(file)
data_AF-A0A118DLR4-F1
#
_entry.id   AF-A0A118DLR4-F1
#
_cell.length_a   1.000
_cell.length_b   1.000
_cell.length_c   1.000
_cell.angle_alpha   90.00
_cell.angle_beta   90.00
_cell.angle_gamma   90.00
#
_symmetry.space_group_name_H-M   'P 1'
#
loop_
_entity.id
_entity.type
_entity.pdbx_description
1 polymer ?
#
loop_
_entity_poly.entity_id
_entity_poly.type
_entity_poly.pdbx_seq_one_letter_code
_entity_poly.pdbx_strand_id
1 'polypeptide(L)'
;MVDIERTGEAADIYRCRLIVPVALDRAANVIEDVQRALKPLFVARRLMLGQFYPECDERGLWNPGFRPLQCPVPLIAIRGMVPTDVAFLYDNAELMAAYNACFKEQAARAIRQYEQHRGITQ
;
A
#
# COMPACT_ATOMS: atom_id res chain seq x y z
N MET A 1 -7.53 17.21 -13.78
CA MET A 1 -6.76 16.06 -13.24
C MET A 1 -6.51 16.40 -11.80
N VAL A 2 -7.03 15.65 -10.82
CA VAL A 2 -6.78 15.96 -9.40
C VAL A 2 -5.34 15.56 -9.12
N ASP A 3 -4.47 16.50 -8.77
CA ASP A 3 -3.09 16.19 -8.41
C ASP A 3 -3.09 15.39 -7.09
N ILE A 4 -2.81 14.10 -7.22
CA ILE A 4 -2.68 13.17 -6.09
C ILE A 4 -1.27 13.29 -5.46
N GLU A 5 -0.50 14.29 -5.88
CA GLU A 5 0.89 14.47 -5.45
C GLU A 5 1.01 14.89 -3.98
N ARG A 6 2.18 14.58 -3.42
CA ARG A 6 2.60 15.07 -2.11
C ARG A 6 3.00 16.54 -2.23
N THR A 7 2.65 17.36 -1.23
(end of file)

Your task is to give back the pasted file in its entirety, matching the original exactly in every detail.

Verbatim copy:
data_AF-A0A118DLR4-F1
#
_entry.id   AF-A0A118DLR4-F1
#
_cell.length_a   1.000
_cell.length_b   1.000
_cell.length_c   1.000
_cell.angle_alpha   90.00
_cell.angle_beta   90.00
_cell.angle_gamma   90.00
#
_symmetry.space_group_name_H-M   'P 1'
#
loop_
_entity.id
_entity.type
_entity.pdbx_description
1 polymer ?
#
loop_
_entity_poly.entity_id
_entity_poly.type
_entity_poly.pdbx_seq_one_letter_code
_entity_poly.pdbx_strand_id
1 'polypeptide(L)'
;MVDIERTGEAADIYRCRLIVPVALDRAANVIEDVQRALKPLFVARRLMLGQFYPECDERGLWNPGFRPLQCPVPLIAIRGMVPTDVAFLYDNAELMAAYNACFKEQAARAIRQYEQHRGITQ
;
A
#
# COMPACT_ATOMS: atom_id res chain seq x y z
N MET A 1 -7.53 17.21 -13.78
CA MET A 1 -6.76 16.06 -13.24
C MET A 1 -6.51 16.40 -11.80
N VAL A 2 -7.03 15.65 -10.82
CA VAL A 2 -6.78 15.96 -9.40
C VAL A 2 -5.34 15.56 -9.12
N ASP A 3 -4.47 16.50 -8.77
CA ASP A 3 -3.09 16.19 -8.41
C ASP A 3 -3.09 15.39 -7.09
N ILE A 4 -2.81 14.10 -7.22
CA ILE A 4 -2.68 13.17 -6.09
C ILE A 4 -1.27 13.29 -5.46
N GLU A 5 -0.50 14.29 -5.88
CA GLU A 5 0.89 14.47 -5.45
C GLU A 5 1.01 14.89 -3.98
N ARG A 6 2.18 14.58 -3.42
CA ARG A 6 2.60 15.07 -2.11
C ARG A 6 3.00 16.54 -2.23
N THR A 7 2.65 17.36 -1.23